- "Global Community Makes Progress, as Seven Countries Remove Weapons-Usable Nuclear Materials" – An article with commentary from NTI Co-Chairman Sam Nunn and President Joan Rohlfing, as well as facts about removal operations.
- "Leadership from Congress Critical to Ensuring Global Nuclear Security" – An op-ed by Joan Rohlfing calls on Congress to pass long overdue legislation to ratify two key treaties to prevent nuclear terrorism.
- Remarks by Sam Nunn to the American Nuclear Society – Sam Nunn desscribes the race between cooperation and catastrophe and outlines two key steps for increased security.
The 2014 NTI Nuclear Materials Security Index & Recommendations
- The 2014 NTI Index – A unique public assessment of nuclear materials security conditions in 176 countries developed with the Economist Intelligence Unit to assess the security of nuclear materials around the world and to encourage governments to take actions and provide assurances about the security of the world’s deadliest materials. Excerpts available in Russian, Arabic, French and Chinese.
- NTI Index Country Profiles – See176 country profiles with information about strengths and weaknesses on steps taken to improve nuclear materials security.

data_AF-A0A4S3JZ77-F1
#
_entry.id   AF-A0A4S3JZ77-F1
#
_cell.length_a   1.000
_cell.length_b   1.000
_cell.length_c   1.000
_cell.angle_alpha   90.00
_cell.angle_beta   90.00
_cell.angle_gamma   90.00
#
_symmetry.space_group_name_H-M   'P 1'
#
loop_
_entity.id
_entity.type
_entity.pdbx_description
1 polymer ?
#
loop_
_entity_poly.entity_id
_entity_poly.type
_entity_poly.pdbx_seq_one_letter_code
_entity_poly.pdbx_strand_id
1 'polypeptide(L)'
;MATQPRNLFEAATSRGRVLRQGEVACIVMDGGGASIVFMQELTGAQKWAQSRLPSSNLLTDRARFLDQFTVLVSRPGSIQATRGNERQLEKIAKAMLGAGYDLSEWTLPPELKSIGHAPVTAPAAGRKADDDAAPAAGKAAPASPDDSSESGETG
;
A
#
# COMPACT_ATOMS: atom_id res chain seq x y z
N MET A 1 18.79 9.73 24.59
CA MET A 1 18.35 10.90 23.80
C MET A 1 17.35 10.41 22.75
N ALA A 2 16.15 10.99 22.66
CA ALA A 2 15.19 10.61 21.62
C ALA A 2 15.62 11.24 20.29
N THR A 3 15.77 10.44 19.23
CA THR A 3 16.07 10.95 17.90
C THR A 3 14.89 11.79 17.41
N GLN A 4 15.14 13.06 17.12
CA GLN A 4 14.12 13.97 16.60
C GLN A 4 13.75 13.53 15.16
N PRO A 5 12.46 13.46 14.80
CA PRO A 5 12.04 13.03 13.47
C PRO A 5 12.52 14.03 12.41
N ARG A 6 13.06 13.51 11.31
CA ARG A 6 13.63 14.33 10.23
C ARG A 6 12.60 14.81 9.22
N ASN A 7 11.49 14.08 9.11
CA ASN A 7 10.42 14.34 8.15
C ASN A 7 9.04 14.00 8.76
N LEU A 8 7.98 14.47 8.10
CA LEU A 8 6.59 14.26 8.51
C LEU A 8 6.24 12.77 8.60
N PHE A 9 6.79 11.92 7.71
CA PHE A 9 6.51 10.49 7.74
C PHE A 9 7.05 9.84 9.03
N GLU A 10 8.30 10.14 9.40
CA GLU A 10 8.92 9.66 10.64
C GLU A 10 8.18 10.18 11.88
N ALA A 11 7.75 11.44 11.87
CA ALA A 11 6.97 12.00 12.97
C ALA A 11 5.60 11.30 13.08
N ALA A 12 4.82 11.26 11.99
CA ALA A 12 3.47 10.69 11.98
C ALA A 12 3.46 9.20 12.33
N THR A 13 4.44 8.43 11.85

- Recommendations for Individual States – From reducing or eliminating materials to strengthening physical security measures, all states have a shared responsibility to prevent weapons-usable nuclear materials from falling into the wrong hands.
- Recommendations for the International Community – States should work cooperatively to build an effective nuclear security system with international standards and best practices that covers all weapons-usable nuclear materials and holds states accountable to each other.
- Nuclear Security Primer: The Existing System – A reference to existing nuclear security legal agreements, guidelines, initiatives, organizations and more.
- “The IAEA’s Nuclear Security Role” – Commissioned by NTI, Trevor Findlay, of both the Belfer Center at Harvard and Carlton University in Ottawa, assesses the IAEA’s nuclear security role.
- “The Nuclear Security Mission Beyond 2014: Options for Addressing Governance Gaps” – NTI Counselor John Carlson provides options for what can happen after the Nuclear Security Summit process ends.
See resources from other organizations who are part of the Fissile Material Working Group.